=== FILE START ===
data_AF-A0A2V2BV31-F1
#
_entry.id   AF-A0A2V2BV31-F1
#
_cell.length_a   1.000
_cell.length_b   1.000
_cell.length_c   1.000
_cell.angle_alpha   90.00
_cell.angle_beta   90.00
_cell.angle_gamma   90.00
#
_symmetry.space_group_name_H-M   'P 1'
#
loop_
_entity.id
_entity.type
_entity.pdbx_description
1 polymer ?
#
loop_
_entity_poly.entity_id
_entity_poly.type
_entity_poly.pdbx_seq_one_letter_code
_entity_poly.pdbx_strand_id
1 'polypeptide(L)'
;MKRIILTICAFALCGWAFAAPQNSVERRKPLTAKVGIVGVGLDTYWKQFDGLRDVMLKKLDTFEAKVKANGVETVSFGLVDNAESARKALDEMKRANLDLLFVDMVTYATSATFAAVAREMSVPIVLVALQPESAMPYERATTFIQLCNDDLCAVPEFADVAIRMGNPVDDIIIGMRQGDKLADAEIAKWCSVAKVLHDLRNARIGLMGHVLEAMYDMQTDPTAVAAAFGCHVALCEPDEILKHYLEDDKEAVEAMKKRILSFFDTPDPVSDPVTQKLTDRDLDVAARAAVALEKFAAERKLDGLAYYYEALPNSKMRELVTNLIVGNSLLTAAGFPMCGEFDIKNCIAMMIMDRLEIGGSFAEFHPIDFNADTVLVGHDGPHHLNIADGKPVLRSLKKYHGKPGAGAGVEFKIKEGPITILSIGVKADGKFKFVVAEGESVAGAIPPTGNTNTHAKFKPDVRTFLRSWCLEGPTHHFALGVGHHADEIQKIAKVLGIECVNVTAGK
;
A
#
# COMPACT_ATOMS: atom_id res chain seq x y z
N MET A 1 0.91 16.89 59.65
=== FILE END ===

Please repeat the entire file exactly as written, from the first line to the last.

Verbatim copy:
data_AF-A0A2V2BV31-F1
#
_entry.id   AF-A0A2V2BV31-F1
#
_cell.length_a   1.000
_cell.length_b   1.000
_cell.length_c   1.000
_cell.angle_alpha   90.00
_cell.angle_beta   90.00
_cell.angle_gamma   90.00
#
_symmetry.space_group_name_H-M   'P 1'
#
loop_
_entity.id
_entity.type
_entity.pdbx_description
1 polymer ?
#
loop_
_entity_poly.entity_id
_entity_poly.type
_entity_poly.pdbx_seq_one_letter_code
_entity_poly.pdbx_strand_id
1 'polypeptide(L)'
;MKRIILTICAFALCGWAFAAPQNSVERRKPLTAKVGIVGVGLDTYWKQFDGLRDVMLKKLDTFEAKVKANGVETVSFGLVDNAESARKALDEMKRANLDLLFVDMVTYATSATFAAVAREMSVPIVLVALQPESAMPYERATTFIQLCNDDLCAVPEFADVAIRMGNPVDDIIIGMRQGDKLADAEIAKWCSVAKVLHDLRNARIGLMGHVLEAMYDMQTDPTAVAAAFGCHVALCEPDEILKHYLEDDKEAVEAMKKRILSFFDTPDPVSDPVTQKLTDRDLDVAARAAVALEKFAAERKLDGLAYYYEALPNSKMRELVTNLIVGNSLLTAAGFPMCGEFDIKNCIAMMIMDRLEIGGSFAEFHPIDFNADTVLVGHDGPHHLNIADGKPVLRSLKKYHGKPGAGAGVEFKIKEGPITILSIGVKADGKFKFVVAEGESVAGAIPPTGNTNTHAKFKPDVRTFLRSWCLEGPTHHFALGVGHHADEIQKIAKVLGIECVNVTAGK
;
A
#
# COMPACT_ATOMS: atom_id res chain seq x y z
N MET A 1 0.91 16.89 59.65